A Model of Image Advertising



In November 2004, American Express launched a new campaign called "My Life. My Card." The first spot featured Robert De Niro reciting a "love letter" to New York City. The advertising ends with the words, "My life happens here. My card is American Express." While the advertising is very striking in its execution (it features images of Ground Zero, for example), it does not directly mention any of the benefits of owning an American Express card, such as the card's excellent rewards program. Hence, despite its ability to put forth compelling economic arguments in favor of its product, Amex chose to air a purely "image-based" advertising. Here, we address the question of why and when a firm may choose to expend resources on vague image-based advertising as opposed to a more informative attribute-based message. We show that image advertising can serve as a signal of quality in the sense that the high quality firm engages in image advertising, while the medium quality firm engages in attribute-based advertising. This seemingly counter-intuitive result stems from the fact that the high quality firm purposefully withholds information from the consumer in order to motivate her to engage in own search about product quality, which is likely to result in a positive signal. We contrast this to the equilibrium where both the medium and the high type engage in attribute-based advertising. Therefore, the advertising message is important in enabling signaling; in other words, some ways of "burning money" are more effective than others.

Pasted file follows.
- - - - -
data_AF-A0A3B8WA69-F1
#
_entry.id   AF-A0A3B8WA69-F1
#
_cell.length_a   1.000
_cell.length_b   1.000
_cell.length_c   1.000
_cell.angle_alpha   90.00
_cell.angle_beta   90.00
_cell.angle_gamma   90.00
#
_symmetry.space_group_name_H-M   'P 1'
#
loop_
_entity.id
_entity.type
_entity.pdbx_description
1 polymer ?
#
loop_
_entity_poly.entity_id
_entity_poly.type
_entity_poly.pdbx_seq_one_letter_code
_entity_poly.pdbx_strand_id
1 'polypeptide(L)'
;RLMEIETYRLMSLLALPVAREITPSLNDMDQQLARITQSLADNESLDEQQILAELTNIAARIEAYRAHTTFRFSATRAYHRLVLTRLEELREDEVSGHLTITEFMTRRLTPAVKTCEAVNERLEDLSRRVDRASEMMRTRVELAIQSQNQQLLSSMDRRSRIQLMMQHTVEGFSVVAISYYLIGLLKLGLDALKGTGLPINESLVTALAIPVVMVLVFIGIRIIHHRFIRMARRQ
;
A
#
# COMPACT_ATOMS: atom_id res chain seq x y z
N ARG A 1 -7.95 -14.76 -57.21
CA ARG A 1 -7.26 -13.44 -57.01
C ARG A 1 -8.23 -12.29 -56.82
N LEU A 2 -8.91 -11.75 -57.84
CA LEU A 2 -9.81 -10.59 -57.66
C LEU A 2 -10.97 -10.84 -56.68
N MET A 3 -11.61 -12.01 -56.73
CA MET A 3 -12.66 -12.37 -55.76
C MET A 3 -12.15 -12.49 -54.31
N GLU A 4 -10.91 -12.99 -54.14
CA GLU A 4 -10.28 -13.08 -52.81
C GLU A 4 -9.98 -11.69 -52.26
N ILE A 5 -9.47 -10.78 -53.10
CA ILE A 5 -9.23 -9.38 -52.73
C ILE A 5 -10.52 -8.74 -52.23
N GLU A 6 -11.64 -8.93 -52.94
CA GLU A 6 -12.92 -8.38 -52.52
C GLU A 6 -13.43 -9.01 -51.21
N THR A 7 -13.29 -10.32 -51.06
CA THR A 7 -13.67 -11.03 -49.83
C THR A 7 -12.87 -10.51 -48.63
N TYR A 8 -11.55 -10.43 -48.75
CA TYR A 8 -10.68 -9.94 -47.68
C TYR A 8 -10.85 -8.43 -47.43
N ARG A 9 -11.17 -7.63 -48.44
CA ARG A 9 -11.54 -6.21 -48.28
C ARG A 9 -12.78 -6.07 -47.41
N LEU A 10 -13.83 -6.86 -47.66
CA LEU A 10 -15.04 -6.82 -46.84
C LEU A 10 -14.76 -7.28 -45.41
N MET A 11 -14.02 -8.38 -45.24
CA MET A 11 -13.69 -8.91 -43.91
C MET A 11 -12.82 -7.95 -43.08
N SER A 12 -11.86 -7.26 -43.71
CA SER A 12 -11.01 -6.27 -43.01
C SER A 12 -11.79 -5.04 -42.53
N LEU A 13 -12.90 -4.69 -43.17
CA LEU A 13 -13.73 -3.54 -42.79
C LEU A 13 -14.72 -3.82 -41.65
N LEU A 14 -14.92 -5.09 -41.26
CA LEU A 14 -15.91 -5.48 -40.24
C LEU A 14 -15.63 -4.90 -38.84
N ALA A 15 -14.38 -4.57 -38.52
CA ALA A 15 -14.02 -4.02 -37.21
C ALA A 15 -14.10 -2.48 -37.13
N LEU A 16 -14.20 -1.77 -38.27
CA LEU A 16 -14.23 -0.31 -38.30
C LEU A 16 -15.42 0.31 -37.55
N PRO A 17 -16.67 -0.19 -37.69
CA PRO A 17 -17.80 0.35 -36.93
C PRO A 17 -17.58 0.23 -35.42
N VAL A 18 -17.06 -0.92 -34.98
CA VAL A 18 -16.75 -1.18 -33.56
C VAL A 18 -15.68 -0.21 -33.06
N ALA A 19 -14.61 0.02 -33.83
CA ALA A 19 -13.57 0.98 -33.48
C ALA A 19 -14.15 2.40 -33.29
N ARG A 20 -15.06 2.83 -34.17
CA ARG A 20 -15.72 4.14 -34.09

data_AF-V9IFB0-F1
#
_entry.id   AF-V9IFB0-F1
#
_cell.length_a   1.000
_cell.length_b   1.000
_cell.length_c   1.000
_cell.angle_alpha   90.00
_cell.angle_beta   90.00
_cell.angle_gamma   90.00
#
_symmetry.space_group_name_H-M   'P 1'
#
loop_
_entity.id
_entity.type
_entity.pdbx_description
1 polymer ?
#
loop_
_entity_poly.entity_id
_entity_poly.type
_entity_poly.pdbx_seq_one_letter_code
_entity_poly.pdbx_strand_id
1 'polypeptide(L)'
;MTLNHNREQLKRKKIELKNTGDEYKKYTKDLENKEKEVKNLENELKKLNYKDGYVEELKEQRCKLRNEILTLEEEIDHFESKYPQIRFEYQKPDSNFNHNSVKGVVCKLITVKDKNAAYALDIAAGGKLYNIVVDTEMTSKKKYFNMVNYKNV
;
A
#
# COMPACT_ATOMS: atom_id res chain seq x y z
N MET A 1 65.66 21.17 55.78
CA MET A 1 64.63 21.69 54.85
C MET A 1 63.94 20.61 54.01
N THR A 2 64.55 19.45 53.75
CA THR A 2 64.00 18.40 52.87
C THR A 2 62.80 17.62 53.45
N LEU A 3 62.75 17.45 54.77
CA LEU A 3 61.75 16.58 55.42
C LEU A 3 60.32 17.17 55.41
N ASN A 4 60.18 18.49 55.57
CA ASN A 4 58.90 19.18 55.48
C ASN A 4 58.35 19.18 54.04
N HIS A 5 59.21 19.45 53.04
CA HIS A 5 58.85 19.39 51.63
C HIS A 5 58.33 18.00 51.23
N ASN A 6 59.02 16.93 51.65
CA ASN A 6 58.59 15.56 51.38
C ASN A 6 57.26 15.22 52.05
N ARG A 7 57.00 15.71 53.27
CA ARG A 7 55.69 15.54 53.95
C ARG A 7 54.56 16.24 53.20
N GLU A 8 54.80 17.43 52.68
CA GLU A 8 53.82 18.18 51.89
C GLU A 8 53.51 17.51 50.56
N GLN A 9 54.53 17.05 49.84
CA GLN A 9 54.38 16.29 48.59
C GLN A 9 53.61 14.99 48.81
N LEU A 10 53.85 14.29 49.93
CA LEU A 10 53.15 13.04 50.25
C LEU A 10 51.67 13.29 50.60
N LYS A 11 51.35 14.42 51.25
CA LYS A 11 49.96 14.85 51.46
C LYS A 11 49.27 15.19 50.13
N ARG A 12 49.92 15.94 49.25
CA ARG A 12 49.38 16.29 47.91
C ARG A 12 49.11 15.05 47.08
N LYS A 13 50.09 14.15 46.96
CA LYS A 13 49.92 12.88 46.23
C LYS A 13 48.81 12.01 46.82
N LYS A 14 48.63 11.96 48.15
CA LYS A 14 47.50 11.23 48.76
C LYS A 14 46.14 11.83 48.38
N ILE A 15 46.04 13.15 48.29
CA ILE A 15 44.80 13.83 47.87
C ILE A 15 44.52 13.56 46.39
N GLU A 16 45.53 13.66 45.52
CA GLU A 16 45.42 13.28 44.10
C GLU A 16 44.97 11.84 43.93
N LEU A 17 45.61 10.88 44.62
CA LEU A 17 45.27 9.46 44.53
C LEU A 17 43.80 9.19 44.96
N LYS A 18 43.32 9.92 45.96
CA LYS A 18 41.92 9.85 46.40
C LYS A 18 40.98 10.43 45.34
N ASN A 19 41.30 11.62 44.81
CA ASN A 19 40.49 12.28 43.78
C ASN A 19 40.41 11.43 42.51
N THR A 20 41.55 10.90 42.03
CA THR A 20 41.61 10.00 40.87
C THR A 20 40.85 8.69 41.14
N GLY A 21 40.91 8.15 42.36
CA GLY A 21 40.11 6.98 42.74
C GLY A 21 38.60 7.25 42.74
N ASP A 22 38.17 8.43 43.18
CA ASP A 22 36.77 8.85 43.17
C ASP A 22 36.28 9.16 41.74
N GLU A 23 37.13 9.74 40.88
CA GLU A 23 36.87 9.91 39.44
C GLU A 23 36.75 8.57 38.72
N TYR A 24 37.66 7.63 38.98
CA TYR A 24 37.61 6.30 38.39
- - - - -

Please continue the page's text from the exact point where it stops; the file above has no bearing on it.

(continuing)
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Dr. S. Puntoni